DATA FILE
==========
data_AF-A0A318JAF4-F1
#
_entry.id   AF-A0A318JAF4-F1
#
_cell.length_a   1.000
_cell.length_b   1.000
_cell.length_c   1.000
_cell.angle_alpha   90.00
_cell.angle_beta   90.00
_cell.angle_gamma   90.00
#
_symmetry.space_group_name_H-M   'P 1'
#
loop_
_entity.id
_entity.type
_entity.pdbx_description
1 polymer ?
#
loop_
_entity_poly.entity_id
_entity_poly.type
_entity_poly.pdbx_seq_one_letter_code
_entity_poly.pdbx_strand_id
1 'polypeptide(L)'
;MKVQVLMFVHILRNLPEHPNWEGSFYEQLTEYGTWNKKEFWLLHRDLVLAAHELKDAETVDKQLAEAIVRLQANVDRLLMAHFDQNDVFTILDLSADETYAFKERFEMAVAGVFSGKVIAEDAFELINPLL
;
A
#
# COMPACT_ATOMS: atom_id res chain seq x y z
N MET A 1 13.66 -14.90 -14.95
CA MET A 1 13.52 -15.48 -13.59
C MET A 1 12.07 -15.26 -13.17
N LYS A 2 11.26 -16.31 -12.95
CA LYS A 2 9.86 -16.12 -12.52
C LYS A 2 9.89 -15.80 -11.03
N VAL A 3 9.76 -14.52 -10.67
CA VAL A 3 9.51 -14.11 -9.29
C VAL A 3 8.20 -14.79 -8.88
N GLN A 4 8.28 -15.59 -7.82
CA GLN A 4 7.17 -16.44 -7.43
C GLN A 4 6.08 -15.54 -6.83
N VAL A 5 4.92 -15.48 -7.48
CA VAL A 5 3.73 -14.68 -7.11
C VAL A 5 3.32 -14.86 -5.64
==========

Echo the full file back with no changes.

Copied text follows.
data_AF-A0A318JAF4-F1
#
_entry.id   AF-A0A318JAF4-F1
#
_cell.length_a   1.000
_cell.length_b   1.000
_cell.length_c   1.000
_cell.angle_alpha   90.00
_cell.angle_beta   90.00
_cell.angle_gamma   90.00
#
_symmetry.space_group_name_H-M   'P 1'
#
loop_
_entity.id
_entity.type
_entity.pdbx_description
1 polymer ?
#
loop_
_entity_poly.entity_id
_entity_poly.type
_entity_poly.pdbx_seq_one_letter_code
_entity_poly.pdbx_strand_id
1 'polypeptide(L)'
;MKVQVLMFVHILRNLPEHPNWEGSFYEQLTEYGTWNKKEFWLLHRDLVLAAHELKDAETVDKQLAEAIVRLQANVDRLLMAHFDQNDVFTILDLSADETYAFKERFEMAVAGVFSGKVIAEDAFELINPLL
;
A
#
# COMPACT_ATOMS: atom_id res chain seq x y z
N MET A 1 13.66 -14.90 -14.95
CA MET A 1 13.52 -15.48 -13.59
C MET A 1 12.07 -15.26 -13.17
N LYS A 2 11.26 -16.31 -12.95
CA LYS A 2 9.86 -16.12 -12.52
C LYS A 2 9.89 -15.80 -11.03
N VAL A 3 9.76 -14.52 -10.67
CA VAL A 3 9.51 -14.11 -9.29
C VAL A 3 8.20 -14.79 -8.88
N GLN A 4 8.28 -15.59 -7.82
CA GLN A 4 7.17 -16.44 -7.43
C GLN A 4 6.08 -15.54 -6.83
N VAL A 5 4.92 -15.48 -7.48
CA VAL A 5 3.73 -14.68 -7.11
C VAL A 5 3.32 -14.86 -5.64